Finding a good hobby
June 18, 2009 2 Comments
I spent seven hours in the sun today. But I wasn’t relaxing on a beach somewhere. Nor was I out on the links with three of my best friends bragging about a shot that I once made. Actually back when I played golf, it might well have taken me seven hours to get through 18 holes!
No, today I took the day off to clear a rather large maple tree that fell across our driveway during a storm last night. I could have easily called someone to come do it for me. And in fact, it probably would have been less expensive to go that route. As a self-employed database consultant, my income is directly related to the number of hours that I work. So there was definitely some opportunity cost associated with clearing the tree myself. But that’s ok; I didn’t do it for to save a buck or two. I did it because it was fun, despite the mercury in the thermometer breaking the mid-90′s F.
It’s not about the money
As a consultant it’s easy to get lured into thinking of most everything in terms of opportunity cost. “I can work another couple of hours tonight and make an extra xxx dollars.” When you think in those terms, the dinner with your wife and kids becomes very expensive.
But when everything comes down to a purely financial analysis, the really important things in life will certainly lose out. How can you measure the impact of helping another person, of leading a Scout Troop, of being there for your kids? How important is the good feeling you get from doing something you really enjoy?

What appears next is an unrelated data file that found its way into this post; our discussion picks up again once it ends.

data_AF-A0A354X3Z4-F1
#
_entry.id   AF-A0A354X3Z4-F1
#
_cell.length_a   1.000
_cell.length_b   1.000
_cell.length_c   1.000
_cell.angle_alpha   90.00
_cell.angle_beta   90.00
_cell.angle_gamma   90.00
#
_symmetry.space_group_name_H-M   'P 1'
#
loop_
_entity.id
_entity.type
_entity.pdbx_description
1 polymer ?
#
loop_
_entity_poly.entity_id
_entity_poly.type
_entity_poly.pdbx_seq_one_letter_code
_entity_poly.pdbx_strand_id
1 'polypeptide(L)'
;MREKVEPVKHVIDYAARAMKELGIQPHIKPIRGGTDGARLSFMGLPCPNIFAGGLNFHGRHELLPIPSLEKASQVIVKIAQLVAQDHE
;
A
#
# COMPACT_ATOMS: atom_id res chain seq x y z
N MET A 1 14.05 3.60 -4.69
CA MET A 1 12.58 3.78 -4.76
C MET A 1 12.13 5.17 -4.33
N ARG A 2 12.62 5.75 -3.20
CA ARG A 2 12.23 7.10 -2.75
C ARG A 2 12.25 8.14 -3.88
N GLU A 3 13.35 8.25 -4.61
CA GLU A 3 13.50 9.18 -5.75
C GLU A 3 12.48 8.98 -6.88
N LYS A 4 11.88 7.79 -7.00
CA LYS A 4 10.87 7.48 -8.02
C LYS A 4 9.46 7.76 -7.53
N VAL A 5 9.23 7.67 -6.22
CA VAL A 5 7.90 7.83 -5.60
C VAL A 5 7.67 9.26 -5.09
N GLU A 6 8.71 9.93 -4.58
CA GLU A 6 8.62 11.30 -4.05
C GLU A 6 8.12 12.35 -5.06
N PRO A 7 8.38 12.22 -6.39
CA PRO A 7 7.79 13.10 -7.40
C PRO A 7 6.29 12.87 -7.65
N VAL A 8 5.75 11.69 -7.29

Find a hobby
I received some good advice many years ago. Oddly enough, it wasn’t from someone I know personally. It was from a book. It was written by Bill Gates. At least I think it was. The advice? Don’t underestimate the importance of being well rounded; don’t let work be all consuming for you. Find a hobby. Find something you enjoy and get really good at it. Whether it’s golf or gardening, sailing or soccer, find something that you really enjoy and pursue it.
For me, it’s living out in the country on a small farm. I spend my spare time tending to the cows, goats, chickens, and turkeys that we raise. I enjoy working on my old tractor, mending fences, and providing for as much of our own food as we can. And yes, I even enjoy clearing a big maple tree when it falls.
And I’m fortunate in that my wife also enjoys the lifestyle we’ve chosen together. Just today, in fact, as I was cutting the tree into manageable pieces, she walked down from the house and said “Hi Hercules, it feels good to be out here doing this, doesn’t it?” It sure did!
But I like what I do
Many of you may say that you already love what you do for a living, that SQL Server or some other technology is your hobby. To you, I say fantastic! If you can do for a living what you truly love, you’ve reached the zenith of the work life experience.
But I would also caution you to not let the pursuit of your work be all encompassing, so much to the point where life outside of work passes you by. There’s so much to enjoy in this life; do it while you still can.